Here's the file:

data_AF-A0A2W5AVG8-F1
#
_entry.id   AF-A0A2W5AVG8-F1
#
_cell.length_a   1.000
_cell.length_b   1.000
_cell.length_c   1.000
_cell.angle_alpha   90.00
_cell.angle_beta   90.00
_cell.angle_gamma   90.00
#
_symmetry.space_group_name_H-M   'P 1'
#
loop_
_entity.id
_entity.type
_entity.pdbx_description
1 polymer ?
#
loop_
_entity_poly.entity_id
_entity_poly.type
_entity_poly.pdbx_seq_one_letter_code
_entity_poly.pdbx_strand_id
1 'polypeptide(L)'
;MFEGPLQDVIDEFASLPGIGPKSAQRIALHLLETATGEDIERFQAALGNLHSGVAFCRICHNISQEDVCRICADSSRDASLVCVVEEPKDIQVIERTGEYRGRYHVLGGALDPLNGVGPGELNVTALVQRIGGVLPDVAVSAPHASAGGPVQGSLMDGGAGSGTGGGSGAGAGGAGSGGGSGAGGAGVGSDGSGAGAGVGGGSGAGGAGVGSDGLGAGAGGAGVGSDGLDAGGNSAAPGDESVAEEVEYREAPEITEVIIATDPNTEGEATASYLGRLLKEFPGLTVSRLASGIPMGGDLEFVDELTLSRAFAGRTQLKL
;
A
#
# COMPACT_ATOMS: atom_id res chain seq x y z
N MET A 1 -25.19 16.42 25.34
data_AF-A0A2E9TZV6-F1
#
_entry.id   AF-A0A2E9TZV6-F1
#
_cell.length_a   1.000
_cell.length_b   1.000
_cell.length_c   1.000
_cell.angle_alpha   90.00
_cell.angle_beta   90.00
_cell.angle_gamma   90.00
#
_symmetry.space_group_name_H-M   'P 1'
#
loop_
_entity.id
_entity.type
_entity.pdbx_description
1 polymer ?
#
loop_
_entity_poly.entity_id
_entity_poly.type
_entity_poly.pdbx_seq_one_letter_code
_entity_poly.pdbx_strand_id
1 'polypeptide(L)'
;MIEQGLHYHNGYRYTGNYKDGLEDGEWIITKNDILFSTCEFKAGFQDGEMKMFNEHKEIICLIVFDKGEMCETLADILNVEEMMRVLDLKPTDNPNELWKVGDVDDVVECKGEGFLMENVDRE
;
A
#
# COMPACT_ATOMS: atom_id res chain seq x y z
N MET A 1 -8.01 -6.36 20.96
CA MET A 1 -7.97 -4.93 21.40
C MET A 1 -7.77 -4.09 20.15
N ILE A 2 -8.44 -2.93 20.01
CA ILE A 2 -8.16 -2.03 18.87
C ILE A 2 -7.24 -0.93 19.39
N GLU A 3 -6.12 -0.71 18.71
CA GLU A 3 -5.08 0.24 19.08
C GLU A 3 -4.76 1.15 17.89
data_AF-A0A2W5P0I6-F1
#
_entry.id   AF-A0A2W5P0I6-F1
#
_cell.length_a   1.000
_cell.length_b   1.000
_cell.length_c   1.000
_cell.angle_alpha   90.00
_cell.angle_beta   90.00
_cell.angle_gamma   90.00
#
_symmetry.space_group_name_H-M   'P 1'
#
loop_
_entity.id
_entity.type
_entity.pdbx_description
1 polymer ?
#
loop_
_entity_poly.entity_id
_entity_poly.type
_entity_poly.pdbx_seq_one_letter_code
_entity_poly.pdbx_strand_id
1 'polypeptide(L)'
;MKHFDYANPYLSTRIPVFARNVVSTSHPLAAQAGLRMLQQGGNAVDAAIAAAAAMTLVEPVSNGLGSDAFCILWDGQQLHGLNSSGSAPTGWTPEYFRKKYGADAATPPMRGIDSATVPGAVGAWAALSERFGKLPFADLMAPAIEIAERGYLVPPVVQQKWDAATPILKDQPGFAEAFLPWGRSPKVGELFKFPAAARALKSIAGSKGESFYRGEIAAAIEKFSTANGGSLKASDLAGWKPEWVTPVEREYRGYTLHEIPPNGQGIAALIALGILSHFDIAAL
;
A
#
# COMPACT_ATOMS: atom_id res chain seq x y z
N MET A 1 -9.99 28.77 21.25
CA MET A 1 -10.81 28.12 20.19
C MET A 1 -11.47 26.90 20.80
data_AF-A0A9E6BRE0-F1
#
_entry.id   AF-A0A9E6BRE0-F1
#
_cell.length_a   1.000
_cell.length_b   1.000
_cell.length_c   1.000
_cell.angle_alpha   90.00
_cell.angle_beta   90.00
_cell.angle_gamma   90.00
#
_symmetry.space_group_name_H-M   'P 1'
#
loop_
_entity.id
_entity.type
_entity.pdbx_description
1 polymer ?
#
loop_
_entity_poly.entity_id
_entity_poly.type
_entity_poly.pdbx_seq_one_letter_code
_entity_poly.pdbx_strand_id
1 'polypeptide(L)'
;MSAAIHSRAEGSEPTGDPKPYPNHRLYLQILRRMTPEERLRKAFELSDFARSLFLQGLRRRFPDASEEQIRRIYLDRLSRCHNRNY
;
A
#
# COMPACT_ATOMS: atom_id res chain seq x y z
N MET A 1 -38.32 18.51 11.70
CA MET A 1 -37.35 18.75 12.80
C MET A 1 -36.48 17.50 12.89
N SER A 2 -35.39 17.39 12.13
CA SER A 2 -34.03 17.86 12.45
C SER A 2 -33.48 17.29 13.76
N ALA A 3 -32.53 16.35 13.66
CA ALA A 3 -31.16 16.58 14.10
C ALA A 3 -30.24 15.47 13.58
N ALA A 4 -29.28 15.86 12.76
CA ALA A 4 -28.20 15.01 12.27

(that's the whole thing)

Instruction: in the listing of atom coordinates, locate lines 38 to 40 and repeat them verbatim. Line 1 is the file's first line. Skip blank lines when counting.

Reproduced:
_cell.length_c   1.000
_cell.angle_alpha   90.00
_cell.angle_beta   90.00